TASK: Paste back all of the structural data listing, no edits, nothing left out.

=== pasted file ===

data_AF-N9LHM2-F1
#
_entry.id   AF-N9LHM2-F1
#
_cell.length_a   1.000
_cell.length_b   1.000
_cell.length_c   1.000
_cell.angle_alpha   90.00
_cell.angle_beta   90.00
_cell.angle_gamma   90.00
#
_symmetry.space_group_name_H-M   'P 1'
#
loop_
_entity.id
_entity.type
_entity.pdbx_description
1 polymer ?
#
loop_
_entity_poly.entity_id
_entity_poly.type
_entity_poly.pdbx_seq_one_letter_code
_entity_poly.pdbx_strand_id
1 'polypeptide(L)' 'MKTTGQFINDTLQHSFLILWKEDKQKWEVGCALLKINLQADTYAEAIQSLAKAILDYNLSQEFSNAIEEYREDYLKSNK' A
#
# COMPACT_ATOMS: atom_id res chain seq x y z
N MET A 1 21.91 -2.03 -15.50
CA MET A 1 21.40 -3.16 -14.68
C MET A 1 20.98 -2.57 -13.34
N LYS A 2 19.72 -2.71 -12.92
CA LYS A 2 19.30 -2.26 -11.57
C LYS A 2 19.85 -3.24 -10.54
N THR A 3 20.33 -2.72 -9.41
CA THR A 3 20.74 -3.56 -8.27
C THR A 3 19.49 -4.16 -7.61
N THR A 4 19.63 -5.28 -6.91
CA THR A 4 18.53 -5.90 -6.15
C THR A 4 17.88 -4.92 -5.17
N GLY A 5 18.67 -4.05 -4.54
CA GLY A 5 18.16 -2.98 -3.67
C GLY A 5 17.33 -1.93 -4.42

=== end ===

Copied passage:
data_AF-N9LHM2-F1
#
_entry.id   AF-N9LHM2-F1
#
_cell.length_a   1.000
_cell.length_b   1.000
_cell.length_c   1.000
_cell.angle_alpha   90.00
_cell.angle_beta   90.00
_cell.angle_gamma   90.00
#
_symmetry.space_group_name_H-M   'P 1'
#
loop_
_entity.id
_entity.type
_entity.pdbx_description
1 polymer ?
#
loop_
_entity_poly.entity_id
_entity_poly.type
_entity_poly.pdbx_seq_one_letter_code
_entity_poly.pdbx_strand_id
1 'polypeptide(L)' 'MKTTGQFINDTLQHSFLILWKEDKQKWEVGCALLKINLQADTYAEAIQSLAKAILDYNLSQEFSNAIEEYREDYLKSNK' A
#
# COMPACT_ATOMS: atom_id res chain seq x y z
N MET A 1 21.91 -2.03 -15.50
CA MET A 1 21.40 -3.16 -14.68
C MET A 1 20.98 -2.57 -13.34
N LYS A 2 19.72 -2.71 -12.92
CA LYS A 2 19.30 -2.26 -11.57
C LYS A 2 19.85 -3.24 -10.54
N THR A 3 20.33 -2.72 -9.41
CA THR A 3 20.74 -3.56 -8.27
C THR A 3 19.49 -4.16 -7.61
N THR A 4 19.63 -5.28 -6.91
CA THR A 4 18.53 -5.90 -6.15
C THR A 4 17.88 -4.92 -5.17
N GLY A 5 18.67 -4.05 -4.54
CA GLY A 5 18.16 -2.98 -3.67
C GLY A 5 17.33 -1.93 -4.42